As the Chinese Communist Party (CCP) celebrates its centenary in China, security forces in Hong Kong are trying to quell protests. Generally, July 1 is the day when democracy is celebrated there. The United Kingdom ceded Hong Kong to China on that day in 1997.
Former CDA MP Kathleen Ferrier lives in Hong Kong and outlined the history of the celebration on July 1st. ‘People are not allowed on the streets now. The United Kingdom returned Hong Kong to China on July 1, 1997. When I lived in Hong Kong, July 1 was a national holiday like Queen’s Day here. On that day, people took to the streets in large numbers to stand up for democratic rights and freedoms. On July 1 last year, the National Security Act came into force in Hong Kong from the Chinese capital, Beijing. Since then, any resistance to democratic rights and civil liberties has become almost impossible. ‘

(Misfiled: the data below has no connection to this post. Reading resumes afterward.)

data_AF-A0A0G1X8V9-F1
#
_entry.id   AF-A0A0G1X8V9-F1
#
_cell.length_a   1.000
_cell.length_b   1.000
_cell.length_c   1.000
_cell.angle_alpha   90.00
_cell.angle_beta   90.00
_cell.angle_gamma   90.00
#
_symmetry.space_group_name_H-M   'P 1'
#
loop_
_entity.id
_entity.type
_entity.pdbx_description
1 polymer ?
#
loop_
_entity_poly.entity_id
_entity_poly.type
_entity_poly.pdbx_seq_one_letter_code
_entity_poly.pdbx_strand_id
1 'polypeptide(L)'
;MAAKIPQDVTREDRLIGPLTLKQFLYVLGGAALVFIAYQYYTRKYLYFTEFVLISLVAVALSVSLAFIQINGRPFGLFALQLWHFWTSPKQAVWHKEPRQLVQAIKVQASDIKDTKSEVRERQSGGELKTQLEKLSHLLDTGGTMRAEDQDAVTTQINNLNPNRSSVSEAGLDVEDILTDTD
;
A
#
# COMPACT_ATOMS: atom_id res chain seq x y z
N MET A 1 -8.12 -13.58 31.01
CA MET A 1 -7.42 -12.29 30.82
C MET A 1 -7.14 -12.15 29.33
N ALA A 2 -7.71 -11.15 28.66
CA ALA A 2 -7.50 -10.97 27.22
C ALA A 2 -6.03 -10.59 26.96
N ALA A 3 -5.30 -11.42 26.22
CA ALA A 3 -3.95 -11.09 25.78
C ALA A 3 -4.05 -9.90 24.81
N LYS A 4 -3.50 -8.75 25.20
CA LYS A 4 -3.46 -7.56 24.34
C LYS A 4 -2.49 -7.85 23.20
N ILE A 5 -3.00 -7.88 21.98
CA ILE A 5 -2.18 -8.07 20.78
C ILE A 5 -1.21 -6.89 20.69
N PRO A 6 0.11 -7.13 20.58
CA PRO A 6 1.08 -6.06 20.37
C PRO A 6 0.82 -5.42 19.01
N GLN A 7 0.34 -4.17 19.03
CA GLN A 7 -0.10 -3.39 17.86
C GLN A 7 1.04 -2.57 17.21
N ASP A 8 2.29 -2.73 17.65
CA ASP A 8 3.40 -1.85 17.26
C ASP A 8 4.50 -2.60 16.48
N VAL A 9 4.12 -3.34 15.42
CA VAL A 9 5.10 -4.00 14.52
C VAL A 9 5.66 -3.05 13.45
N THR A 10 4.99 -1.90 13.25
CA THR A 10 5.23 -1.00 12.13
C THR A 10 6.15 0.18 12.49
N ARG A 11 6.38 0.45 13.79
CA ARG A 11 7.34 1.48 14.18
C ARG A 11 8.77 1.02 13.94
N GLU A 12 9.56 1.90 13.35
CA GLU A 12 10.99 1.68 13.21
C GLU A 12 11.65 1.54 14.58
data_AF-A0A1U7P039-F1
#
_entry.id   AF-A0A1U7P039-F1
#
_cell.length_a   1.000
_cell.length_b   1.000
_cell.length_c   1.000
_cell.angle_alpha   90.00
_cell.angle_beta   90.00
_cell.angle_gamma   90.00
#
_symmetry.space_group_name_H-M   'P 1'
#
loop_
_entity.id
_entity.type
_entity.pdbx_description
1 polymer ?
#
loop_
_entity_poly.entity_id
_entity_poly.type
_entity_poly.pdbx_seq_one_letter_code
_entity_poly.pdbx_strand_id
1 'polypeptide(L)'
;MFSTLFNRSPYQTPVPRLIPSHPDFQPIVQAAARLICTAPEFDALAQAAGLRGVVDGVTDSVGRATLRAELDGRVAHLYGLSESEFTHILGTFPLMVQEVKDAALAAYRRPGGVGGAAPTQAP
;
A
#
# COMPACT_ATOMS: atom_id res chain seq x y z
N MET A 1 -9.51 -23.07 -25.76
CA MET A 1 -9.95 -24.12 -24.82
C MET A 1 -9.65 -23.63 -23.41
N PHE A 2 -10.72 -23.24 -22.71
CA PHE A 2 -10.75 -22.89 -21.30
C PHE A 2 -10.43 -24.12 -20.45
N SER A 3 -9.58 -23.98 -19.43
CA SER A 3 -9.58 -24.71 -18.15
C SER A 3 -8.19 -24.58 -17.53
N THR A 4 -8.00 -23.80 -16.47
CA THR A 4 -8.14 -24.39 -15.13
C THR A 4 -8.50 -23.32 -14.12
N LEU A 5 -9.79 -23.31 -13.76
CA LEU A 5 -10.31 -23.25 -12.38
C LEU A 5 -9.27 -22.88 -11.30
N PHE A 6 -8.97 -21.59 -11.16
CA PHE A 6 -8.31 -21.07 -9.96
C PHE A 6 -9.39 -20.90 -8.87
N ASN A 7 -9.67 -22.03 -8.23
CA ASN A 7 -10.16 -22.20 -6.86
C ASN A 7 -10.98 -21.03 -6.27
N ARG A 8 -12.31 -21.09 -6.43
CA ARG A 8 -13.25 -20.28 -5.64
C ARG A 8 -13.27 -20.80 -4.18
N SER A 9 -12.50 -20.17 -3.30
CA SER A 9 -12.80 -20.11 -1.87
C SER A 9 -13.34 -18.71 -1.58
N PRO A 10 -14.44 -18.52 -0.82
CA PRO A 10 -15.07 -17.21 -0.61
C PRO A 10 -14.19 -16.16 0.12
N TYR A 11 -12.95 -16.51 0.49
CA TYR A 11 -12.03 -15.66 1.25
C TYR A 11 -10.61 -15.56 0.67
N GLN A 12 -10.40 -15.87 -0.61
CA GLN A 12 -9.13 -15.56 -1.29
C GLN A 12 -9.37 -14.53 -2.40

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Where protests usually take place in Hong Kong, everything is rounded up. Nineteen people were arrested today. That too is associated with the centenary of the Communist Party of China. By converting Hong Kong back to China, agreements were made that the region would retain its old freedoms, just as it had been under British rule. Since the introduction of the National Security Act, Ferrier says this is no longer the case.
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